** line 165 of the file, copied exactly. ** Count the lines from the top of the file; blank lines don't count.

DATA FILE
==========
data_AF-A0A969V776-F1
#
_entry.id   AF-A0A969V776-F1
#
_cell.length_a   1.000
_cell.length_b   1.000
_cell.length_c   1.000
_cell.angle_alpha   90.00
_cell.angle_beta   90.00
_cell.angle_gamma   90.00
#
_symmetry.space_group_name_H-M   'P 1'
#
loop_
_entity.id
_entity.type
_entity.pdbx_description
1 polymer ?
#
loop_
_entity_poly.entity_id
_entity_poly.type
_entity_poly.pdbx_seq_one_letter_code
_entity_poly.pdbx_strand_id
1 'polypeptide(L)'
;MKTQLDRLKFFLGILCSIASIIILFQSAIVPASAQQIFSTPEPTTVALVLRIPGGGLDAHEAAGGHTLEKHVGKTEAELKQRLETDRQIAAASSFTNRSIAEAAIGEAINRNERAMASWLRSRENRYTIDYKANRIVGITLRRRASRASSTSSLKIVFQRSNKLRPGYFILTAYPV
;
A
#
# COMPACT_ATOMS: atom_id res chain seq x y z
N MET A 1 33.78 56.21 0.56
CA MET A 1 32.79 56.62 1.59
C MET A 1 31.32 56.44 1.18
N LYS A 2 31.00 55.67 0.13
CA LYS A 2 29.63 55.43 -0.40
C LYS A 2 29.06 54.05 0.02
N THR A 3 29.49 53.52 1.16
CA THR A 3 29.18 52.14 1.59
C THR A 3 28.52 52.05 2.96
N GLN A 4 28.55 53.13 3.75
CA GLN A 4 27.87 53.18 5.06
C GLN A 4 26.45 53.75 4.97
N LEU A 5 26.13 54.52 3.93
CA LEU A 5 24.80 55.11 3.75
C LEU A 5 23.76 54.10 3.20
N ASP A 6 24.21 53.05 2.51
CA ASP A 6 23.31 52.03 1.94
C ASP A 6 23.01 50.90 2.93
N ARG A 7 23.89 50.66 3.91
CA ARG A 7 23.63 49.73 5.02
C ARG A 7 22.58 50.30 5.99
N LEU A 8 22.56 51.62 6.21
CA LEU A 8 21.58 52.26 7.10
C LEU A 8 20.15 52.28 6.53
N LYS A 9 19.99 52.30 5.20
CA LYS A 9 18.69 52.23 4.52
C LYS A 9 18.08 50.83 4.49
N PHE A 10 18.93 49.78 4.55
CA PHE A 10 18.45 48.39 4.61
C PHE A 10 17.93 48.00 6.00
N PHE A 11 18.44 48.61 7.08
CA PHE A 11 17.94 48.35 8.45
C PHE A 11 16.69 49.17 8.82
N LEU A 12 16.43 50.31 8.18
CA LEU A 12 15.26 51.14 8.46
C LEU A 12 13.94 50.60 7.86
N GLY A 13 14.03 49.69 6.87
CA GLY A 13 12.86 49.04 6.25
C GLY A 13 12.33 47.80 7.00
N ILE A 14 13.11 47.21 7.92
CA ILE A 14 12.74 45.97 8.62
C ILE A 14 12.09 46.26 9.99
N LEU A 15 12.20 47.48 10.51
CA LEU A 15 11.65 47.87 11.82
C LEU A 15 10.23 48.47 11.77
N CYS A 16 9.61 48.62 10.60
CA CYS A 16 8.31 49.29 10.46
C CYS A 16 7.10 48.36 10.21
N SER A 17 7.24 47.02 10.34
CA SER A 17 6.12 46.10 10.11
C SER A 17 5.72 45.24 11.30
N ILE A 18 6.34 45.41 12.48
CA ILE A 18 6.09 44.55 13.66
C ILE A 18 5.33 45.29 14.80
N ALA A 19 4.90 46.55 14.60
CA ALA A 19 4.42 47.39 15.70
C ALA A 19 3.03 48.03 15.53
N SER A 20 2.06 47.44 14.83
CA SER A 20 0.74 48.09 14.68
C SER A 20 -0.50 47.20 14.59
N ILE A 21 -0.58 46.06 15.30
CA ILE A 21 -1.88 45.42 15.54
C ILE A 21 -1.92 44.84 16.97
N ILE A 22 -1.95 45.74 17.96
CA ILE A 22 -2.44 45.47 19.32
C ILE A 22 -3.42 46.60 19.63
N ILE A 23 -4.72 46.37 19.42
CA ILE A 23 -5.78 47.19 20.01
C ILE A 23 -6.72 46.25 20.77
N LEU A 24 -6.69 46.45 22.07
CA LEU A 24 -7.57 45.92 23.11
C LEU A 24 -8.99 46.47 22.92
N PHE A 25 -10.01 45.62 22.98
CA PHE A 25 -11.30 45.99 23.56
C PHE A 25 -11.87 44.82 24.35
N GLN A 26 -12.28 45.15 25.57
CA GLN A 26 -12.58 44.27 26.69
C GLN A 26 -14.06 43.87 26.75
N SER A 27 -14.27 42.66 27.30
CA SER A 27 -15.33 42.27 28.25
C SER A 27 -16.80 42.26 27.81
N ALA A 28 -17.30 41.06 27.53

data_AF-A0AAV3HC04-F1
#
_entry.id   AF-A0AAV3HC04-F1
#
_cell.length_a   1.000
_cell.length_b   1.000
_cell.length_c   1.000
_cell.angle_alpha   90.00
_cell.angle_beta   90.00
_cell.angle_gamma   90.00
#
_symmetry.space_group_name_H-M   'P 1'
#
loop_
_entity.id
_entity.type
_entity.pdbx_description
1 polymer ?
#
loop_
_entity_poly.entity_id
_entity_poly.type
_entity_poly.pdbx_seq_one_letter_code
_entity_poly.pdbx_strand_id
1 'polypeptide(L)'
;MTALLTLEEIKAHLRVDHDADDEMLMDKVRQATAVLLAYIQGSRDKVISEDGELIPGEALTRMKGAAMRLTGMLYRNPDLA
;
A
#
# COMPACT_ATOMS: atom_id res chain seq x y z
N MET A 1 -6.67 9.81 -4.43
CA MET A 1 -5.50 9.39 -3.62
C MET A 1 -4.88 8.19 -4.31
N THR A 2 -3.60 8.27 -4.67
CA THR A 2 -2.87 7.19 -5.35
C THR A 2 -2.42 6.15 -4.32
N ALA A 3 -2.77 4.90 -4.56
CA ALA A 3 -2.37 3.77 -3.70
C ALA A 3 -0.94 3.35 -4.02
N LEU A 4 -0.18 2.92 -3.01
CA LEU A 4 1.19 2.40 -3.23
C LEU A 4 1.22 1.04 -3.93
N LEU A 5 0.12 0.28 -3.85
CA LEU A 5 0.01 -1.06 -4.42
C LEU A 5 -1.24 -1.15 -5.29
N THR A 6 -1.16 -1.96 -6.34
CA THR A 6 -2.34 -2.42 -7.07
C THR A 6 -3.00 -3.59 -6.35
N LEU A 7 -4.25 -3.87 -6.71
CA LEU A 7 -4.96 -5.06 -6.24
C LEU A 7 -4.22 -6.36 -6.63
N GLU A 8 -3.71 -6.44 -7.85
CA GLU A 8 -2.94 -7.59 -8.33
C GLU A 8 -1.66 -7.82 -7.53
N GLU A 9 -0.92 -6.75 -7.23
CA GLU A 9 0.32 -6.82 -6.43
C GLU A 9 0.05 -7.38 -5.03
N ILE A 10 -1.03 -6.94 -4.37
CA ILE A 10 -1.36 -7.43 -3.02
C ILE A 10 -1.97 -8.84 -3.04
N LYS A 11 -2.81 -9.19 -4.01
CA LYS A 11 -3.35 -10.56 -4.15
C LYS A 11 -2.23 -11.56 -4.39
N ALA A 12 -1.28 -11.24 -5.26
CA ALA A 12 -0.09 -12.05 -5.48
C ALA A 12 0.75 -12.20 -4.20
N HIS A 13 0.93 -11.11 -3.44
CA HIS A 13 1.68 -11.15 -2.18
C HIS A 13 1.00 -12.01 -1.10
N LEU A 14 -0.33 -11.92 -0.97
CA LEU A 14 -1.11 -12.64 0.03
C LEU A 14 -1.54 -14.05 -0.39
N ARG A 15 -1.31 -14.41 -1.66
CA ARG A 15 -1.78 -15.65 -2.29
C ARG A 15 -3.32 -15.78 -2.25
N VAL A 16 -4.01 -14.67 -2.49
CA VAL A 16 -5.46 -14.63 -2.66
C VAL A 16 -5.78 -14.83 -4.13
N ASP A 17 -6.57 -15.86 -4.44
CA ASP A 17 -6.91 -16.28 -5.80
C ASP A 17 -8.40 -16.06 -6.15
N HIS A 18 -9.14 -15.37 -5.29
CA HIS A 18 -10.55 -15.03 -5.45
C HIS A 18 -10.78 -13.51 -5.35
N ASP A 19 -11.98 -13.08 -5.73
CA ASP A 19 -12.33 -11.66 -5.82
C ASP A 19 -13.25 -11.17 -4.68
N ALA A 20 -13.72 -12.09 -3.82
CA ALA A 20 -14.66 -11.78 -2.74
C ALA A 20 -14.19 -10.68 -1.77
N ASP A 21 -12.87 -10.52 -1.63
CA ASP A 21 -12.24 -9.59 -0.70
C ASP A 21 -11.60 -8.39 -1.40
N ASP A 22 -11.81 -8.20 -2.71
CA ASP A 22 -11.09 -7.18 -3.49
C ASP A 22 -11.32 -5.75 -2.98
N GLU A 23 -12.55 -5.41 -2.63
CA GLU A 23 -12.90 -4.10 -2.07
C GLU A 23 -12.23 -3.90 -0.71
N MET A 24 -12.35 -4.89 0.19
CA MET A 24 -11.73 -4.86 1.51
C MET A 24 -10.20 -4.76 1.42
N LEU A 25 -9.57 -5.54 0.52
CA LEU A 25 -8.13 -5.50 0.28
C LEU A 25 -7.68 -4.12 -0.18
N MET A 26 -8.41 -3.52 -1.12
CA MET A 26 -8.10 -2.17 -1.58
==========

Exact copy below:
CA GLU A 8 -2.94 -7.59 -8.33